“Today, we need a nation of Minutemen. Citizens who are not only prepared to take arms, but citizens who regard the preservation of freedom as the basic purpose of their daily life and who are willing to consciously work and sacrifice for that freedom.”

    —John F. Kennedy

  4. #4
    Regular Member grinner's Avatar
    Join Date
    Jun 2010
    Location
    Pewaukee, WI
    Posts
    101
    Quote directly from the notes of 941.29:

    In this section, to possess means that the defendant knowingly has control of a firearm.

    There is no minimum length of time the firearm must be possessed for a violation to occur. Intention in handling a firearm is irrelevant unless the handling is privileged under s. 939.45. State v. Black, 2001 WI 31, 242 Wis. 2d 126, 624 N.W.2d 363, 99−0230.

    ===

    Now my editorial (non-lawyer) comments. To me, having control of something means being able to readily make the object do something that it otherwise wouldn't do on its own. Do I have control of my TV if I have the remote in my hand? Yes, because I can turn it on/off and change the channel. Do I have control of a gun sitting on a desk next to me? No. Because there's no way I can make it do something that it otherwise wouldn't do without taking some action that gives me actual control of it (such as picking it up). However, can control be indirect? I think so. If a gun is in a backpack, and I have control of the backpack, and I can move the gun around by moving the backpack around, then I would say I have control of the gun via the backpack. So just because you're not touching the gun doesn't mean you don't have control of it. The statute doesn't say touch. It says control.

    You may wish to read the notes in the statute yourself. Just google 941.29 Possession of a Firearm and look in the official PDF.

  5. #5
    Founder's Club Member springfield 1911's Avatar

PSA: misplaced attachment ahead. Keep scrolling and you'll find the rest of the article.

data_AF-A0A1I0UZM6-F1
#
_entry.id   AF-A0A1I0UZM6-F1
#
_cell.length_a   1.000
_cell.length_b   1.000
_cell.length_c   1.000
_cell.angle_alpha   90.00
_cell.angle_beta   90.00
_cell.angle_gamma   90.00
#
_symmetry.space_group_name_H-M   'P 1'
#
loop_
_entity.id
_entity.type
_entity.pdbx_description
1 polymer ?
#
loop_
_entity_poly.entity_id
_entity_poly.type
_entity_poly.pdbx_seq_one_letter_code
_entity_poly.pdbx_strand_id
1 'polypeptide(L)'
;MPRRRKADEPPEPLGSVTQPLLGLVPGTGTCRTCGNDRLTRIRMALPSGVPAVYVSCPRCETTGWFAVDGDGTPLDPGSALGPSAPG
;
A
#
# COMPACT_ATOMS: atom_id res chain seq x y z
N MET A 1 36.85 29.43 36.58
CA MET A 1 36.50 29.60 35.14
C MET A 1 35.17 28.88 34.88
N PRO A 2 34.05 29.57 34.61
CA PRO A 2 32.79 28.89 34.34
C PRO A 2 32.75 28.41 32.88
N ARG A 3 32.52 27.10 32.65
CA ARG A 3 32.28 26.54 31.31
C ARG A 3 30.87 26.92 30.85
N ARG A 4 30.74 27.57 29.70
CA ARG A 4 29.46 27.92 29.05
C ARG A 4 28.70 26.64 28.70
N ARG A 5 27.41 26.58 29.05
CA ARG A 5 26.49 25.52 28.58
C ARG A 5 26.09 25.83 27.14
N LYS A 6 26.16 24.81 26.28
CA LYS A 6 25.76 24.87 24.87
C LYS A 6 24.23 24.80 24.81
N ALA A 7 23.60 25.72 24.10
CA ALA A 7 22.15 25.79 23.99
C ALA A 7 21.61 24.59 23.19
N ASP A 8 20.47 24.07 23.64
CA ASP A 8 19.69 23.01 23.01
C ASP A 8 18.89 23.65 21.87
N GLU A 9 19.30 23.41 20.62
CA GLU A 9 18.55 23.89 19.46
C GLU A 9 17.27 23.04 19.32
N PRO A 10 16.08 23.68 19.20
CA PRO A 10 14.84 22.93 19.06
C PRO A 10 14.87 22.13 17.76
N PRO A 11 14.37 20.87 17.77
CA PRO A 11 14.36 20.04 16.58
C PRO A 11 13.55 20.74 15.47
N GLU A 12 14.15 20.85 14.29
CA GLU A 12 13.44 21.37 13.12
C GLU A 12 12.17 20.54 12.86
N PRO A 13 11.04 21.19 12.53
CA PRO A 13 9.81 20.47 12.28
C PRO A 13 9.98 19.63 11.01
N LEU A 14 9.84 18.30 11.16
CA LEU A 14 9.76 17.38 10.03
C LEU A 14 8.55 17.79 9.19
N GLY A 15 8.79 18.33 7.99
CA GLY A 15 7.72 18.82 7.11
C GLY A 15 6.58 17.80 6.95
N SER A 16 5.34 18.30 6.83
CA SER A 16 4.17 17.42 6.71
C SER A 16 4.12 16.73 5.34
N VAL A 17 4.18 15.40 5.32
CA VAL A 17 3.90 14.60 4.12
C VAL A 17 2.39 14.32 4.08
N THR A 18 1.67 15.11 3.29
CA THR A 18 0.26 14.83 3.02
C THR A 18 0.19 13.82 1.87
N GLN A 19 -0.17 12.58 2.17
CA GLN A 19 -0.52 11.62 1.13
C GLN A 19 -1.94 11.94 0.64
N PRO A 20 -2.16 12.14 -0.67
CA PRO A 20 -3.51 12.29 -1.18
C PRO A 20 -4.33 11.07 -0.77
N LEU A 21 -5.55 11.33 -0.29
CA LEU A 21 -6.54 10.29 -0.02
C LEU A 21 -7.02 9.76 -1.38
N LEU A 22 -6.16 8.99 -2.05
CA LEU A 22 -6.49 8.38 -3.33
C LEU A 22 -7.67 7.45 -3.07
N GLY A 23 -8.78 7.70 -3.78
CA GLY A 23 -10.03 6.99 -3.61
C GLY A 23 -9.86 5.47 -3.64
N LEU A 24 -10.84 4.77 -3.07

Join Date
    Jun 2008
    Location
    Racine, Wisconsin, USA
    Posts
    484
    rcawdor57 The firearm belongs to another person is in the dwelling of common occupancy which gives him access at any given time, It's in a cabnet , No safe .
    http://www.youtube.com/watch?v=zJQ34JTqk0I

    In the ashes burns an ember of liberty, We are the fuel to ignite the ember into a flame of liberty.

    The embodiment of our founding fathers will not be found in one man , But in Many.

    ****** give it away ( Our rights ) prostitutes sell it (Mandated training).

  6. #6
    Regular Member Motofixxer's Avatar
    Join Date
    May 2010
    Location
    Somewhere over the Rainbow
    Posts
    974
    I believe if it's locked up in some way and key is not accessible, it's not considered in possession by a felon, but much of that is grey area. It's also dependent on the PO and the house rules. I know of one felon who has it in his signed house rules that there can be no firearms or alcohol on the premises at all, NONE. He was told by his PO...I can't control what anyone else does on your property...but I can control you. So therefore...if his PO finds out about anything there...instantly back to prison without passing GO.
    Last edited by Motofixxer; 09-12-2011 at 07:17 PM.
    Click Here for New to WI Open Carry Legal References and Informational Videos--- FAQ's http://Tinyurl.com/OpenCarry-WI

    The Armed Badger A WI site dedicated to Concealed Carry in WI

    "To disarm the people... was the best and most effectual way to enslave them." -- George Mason, Speech of June 14, 1788

    http://Tinyurl.com/New-To-Guns to DL useful Info

Posting Permissions

  • You may not post new threads
  • You may not post replies
  • You may not post attachments
  • You may not edit your posts
  •